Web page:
I have the loftiest idea, and the most passionate one, of art. Much too lofty to agree to subject it to anything. Much too passionate to want to divorce it from anything.
Albert Camus, Notebooks 1942-1951
CONVERSATIONS and interviews with dozens of artists have supplied much of the basic material for this history of Abstract Expressionism. Firsthand contacts with most of the leading figures of the movement have, hopefully, made it possible for this book to reflect "the sympathy of a man who stands in the midst and sees like one within, not like one without, like a native, not like an alien," to cite Woodrow Wilson's conception of the historian's role.
The recollections of the artists, corroborated by other available documents, including formal statements, public letters, records of meetings, symposia, and lectures, reveal their artistic intentions. Knowledge of the aims and beliefs of the Abstract Expressionists is of prime importance, for it illuminates the actual evolution of their styles.
In response to World War II and the intellectual climate generated by it, the future Abstract Expressionists came to believe that they faced a crisis in subject matter. Prevailing ideologies -- socialist, nationalist, and Utopian - and the styles identified with them -- Social Realism, Regionalism, and geometric abstraction -- lost credibility in their eyes. Unwilling to continue known directions or to accept any other dogma, the Abstract Expressionists turned to their own private visions and insights in an anxious search for new values. The urgent need for meanings that felt truer to their experience gave rise to new ways of seeing -- to formal innovations.
The broader attributes of this process of stylistic change have been ignored by formalist writers on art, whose point of view came to dominate art criticism during the 1960's. These writers narrowed their interpretation to formal problems, avoiding any analysis of content. Their underlying premise was that advanced artists conceive new styles by rejecting recently established styles that have become outworn through overuse. The implication here is that the artistic vanguard is motivated primarily by formalist considerations. To be sure, the Abstract Expressionists schooled themselves in older styles, assimilating the traditions of modern art more thoroughly than artists of their generation elsewhere in the world. In so doing, they were able to avoid repeating visually exhausted ideas and to venture in fresh directions. However, their preoccupation was with investing forms with meanings that relate to the whole of human experience, and any critical approach that does not consider these meanings is misleading.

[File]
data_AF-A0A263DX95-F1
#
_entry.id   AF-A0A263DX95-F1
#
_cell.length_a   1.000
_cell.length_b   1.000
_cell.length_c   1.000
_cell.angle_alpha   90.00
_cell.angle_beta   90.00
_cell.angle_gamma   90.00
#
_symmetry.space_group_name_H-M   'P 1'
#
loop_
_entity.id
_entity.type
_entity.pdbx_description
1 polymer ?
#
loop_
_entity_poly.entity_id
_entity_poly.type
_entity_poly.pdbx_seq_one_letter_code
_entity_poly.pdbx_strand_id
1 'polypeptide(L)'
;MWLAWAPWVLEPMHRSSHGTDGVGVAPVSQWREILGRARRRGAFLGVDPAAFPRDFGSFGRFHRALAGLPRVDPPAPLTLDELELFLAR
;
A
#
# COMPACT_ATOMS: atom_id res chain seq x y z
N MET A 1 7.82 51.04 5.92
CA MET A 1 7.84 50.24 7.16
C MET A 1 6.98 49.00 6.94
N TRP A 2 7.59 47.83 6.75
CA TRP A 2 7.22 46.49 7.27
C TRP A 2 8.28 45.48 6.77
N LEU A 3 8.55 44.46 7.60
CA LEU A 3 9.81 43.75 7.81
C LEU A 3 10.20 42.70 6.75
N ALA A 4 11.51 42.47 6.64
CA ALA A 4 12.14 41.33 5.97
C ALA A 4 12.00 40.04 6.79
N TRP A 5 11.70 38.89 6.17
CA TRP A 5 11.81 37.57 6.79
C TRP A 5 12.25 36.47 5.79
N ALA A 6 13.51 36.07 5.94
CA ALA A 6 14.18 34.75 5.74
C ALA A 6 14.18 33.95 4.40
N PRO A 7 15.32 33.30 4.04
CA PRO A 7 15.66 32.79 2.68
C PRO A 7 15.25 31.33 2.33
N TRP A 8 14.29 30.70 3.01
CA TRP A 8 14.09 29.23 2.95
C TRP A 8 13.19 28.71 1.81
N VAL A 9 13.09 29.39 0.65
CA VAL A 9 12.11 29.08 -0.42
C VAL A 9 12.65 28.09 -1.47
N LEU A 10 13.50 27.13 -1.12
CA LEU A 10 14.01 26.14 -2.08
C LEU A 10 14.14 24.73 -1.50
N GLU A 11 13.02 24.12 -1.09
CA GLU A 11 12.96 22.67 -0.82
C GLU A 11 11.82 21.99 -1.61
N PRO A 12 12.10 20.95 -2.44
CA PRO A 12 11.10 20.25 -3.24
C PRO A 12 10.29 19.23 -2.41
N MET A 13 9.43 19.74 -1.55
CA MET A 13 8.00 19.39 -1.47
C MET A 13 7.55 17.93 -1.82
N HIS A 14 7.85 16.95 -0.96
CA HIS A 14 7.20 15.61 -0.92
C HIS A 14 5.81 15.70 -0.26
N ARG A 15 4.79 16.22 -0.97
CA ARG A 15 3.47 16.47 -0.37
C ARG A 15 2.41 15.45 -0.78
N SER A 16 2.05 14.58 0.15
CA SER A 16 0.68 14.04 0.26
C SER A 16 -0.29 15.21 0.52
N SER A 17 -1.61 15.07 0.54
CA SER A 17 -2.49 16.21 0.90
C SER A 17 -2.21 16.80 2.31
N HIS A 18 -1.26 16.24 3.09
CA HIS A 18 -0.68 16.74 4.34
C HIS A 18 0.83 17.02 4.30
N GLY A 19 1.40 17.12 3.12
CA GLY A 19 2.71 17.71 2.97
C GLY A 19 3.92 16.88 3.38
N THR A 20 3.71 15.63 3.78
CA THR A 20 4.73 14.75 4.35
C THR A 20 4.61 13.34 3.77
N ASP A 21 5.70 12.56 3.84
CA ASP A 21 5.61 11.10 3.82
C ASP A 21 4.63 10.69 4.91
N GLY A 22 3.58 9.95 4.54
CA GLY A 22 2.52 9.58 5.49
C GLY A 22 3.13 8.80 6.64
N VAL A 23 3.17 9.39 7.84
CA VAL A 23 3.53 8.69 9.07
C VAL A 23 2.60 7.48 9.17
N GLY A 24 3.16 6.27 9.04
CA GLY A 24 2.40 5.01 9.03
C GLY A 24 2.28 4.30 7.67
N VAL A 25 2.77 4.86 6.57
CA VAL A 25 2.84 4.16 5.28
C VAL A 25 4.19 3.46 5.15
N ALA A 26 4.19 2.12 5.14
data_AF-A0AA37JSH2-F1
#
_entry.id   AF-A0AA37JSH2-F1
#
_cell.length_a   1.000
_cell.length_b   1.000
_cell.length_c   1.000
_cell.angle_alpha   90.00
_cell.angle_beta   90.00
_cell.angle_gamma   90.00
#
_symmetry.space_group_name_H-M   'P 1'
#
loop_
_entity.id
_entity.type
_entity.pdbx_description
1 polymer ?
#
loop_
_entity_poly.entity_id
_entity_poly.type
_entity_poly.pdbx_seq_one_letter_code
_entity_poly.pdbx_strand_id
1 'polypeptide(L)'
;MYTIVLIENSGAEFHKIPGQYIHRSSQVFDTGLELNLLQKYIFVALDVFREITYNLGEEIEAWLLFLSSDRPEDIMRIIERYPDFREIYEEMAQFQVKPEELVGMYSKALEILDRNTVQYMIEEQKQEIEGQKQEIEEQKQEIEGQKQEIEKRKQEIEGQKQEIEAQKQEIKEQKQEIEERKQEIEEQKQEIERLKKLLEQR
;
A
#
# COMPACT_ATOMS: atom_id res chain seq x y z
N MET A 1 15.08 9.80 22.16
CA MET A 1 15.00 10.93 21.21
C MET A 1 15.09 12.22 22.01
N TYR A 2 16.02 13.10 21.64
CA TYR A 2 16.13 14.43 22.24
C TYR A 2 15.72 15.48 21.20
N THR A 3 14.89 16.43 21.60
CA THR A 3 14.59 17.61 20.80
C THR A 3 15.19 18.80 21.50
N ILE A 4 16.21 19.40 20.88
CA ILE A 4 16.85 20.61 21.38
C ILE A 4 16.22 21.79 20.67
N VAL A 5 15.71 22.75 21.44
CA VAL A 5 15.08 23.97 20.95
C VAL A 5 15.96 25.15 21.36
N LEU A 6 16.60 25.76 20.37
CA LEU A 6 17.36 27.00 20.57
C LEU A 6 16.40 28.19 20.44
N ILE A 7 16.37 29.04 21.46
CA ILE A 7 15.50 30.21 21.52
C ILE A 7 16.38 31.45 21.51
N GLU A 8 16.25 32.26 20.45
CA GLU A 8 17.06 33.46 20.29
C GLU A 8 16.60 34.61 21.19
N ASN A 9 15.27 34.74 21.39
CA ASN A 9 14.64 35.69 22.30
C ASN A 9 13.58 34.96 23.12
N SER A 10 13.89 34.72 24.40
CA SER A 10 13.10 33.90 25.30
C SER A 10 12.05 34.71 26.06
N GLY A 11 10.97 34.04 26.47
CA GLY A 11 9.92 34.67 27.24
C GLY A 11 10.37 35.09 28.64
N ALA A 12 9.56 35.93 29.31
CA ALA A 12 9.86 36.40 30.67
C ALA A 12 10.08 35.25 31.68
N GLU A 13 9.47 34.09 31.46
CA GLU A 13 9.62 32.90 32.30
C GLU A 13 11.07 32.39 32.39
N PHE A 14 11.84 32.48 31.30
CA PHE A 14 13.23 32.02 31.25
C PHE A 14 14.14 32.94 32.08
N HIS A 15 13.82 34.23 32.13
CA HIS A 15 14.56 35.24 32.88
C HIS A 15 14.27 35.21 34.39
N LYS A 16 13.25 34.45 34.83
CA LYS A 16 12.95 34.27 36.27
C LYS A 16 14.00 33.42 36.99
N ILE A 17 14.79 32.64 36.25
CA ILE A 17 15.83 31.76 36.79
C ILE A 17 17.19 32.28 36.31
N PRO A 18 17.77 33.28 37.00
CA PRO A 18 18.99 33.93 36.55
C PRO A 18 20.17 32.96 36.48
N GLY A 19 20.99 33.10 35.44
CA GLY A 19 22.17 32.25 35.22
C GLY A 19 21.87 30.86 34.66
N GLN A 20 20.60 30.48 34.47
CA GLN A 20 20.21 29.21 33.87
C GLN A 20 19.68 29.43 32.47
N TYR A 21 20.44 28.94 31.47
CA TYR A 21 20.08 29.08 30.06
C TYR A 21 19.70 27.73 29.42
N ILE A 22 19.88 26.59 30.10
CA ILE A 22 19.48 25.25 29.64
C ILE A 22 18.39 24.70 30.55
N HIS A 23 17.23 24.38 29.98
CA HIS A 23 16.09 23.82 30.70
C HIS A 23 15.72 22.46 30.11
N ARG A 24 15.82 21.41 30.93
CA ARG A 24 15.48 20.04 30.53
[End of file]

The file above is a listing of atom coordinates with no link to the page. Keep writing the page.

Philip Guston, in a seemingly paradoxical remark made during the 1950's, underscored the contrasting attitudes of formalist criticism and Abstract Expressionisim, stating that in the future some artists would be looked upon as great formalists but that those who set out to be formalists would be dismissed entirely. Indeed, this book deals with artists' intentions precisely in order to capture the embryonic period in the development of their styles -- before they were assimilated into art history -- the time when, in Eug2ène Ionesco's words, artists are . . .